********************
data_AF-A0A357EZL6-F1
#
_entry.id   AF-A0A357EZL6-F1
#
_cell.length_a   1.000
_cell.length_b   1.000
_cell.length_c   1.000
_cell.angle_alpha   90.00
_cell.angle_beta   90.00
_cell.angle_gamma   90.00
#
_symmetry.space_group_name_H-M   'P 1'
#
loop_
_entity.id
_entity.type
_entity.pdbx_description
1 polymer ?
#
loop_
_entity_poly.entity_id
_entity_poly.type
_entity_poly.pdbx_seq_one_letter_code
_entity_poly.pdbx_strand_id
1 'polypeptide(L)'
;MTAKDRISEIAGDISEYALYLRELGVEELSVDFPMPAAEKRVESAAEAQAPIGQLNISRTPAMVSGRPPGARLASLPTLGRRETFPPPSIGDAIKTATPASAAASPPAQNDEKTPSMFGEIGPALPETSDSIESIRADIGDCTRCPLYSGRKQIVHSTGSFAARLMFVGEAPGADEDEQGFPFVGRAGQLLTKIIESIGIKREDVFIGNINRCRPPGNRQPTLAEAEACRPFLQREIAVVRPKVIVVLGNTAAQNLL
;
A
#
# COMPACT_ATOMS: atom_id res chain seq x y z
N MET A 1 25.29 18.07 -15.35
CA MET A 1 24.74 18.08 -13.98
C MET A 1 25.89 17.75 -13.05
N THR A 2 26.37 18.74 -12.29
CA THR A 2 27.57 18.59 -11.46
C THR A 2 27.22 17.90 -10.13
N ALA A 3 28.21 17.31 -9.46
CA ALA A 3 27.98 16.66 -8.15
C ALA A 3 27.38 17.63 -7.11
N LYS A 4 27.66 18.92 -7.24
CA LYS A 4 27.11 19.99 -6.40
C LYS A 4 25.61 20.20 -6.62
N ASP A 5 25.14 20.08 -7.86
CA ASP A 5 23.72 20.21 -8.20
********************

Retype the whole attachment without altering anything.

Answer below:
data_AF-A0A357EZL6-F1
#
_entry.id   AF-A0A357EZL6-F1
#
_cell.length_a   1.000
_cell.length_b   1.000
_cell.length_c   1.000
_cell.angle_alpha   90.00
_cell.angle_beta   90.00
_cell.angle_gamma   90.00
#
_symmetry.space_group_name_H-M   'P 1'
#
loop_
_entity.id
_entity.type
_entity.pdbx_description
1 polymer ?
#
loop_
_entity_poly.entity_id
_entity_poly.type
_entity_poly.pdbx_seq_one_letter_code
_entity_poly.pdbx_strand_id
1 'polypeptide(L)'
;MTAKDRISEIAGDISEYALYLRELGVEELSVDFPMPAAEKRVESAAEAQAPIGQLNISRTPAMVSGRPPGARLASLPTLGRRETFPPPSIGDAIKTATPASAAASPPAQNDEKTPSMFGEIGPALPETSDSIESIRADIGDCTRCPLYSGRKQIVHSTGSFAARLMFVGEAPGADEDEQGFPFVGRAGQLLTKIIESIGIKREDVFIGNINRCRPPGNRQPTLAEAEACRPFLQREIAVVRPKVIVVLGNTAAQNLL
;
A
#
# COMPACT_ATOMS: atom_id res chain seq x y z
N MET A 1 25.29 18.07 -15.35
CA MET A 1 24.74 18.08 -13.98
C MET A 1 25.89 17.75 -13.05
N THR A 2 26.37 18.74 -12.29
CA THR A 2 27.57 18.59 -11.46
C THR A 2 27.22 17.90 -10.13
N ALA A 3 28.21 17.31 -9.46
CA ALA A 3 27.98 16.66 -8.15
C ALA A 3 27.38 17.63 -7.11
N LYS A 4 27.66 18.92 -7.24
CA LYS A 4 27.11 19.99 -6.40
C LYS A 4 25.61 20.20 -6.62
N ASP A 5 25.14 20.08 -7.86
CA ASP A 5 23.72 20.21 -8.20